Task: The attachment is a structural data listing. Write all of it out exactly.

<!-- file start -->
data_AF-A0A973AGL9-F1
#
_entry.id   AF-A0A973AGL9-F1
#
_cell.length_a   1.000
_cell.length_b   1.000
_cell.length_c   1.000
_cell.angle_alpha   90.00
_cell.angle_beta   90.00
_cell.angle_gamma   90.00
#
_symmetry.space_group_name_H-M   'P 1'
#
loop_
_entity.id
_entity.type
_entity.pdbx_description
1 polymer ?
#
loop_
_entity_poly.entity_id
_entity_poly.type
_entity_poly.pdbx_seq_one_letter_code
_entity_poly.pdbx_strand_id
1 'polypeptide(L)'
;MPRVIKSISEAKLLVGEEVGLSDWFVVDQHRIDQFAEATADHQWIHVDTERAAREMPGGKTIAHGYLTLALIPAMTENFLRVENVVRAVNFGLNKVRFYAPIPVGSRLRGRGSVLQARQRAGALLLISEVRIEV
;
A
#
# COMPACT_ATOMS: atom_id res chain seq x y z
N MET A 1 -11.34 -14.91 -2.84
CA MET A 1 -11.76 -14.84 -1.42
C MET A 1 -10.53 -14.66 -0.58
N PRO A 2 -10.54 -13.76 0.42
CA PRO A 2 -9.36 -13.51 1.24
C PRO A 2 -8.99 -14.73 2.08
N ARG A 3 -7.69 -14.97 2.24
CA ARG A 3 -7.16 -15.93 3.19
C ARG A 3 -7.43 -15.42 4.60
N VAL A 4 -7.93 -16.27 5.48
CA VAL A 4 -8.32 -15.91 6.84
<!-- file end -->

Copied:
data_AF-A0A973AGL9-F1
#
_entry.id   AF-A0A973AGL9-F1
#
_cell.length_a   1.000
_cell.length_b   1.000
_cell.length_c   1.000
_cell.angle_alpha   90.00
_cell.angle_beta   90.00
_cell.angle_gamma   90.00
#
_symmetry.space_group_name_H-M   'P 1'
#
loop_
_entity.id
_entity.type
_entity.pdbx_description
1 polymer ?
#
loop_
_entity_poly.entity_id
_entity_poly.type
_entity_poly.pdbx_seq_one_letter_code
_entity_poly.pdbx_strand_id
1 'polypeptide(L)'
;MPRVIKSISEAKLLVGEEVGLSDWFVVDQHRIDQFAEATADHQWIHVDTERAAREMPGGKTIAHGYLTLALIPAMTENFLRVENVVRAVNFGLNKVRFYAPIPVGSRLRGRGSVLQARQRAGALLLISEVRIEV
;
A
#
# COMPACT_ATOMS: atom_id res chain seq x y z
N MET A 1 -11.34 -14.91 -2.84
CA MET A 1 -11.76 -14.84 -1.42
C MET A 1 -10.53 -14.66 -0.58
N PRO A 2 -10.54 -13.76 0.42
CA PRO A 2 -9.36 -13.51 1.24
C PRO A 2 -8.99 -14.73 2.08
N ARG A 3 -7.69 -14.97 2.24
CA ARG A 3 -7.16 -15.93 3.19
C ARG A 3 -7.43 -15.42 4.60
N VAL A 4 -7.93 -16.27 5.48
CA VAL A 4 -8.32 -15.91 6.84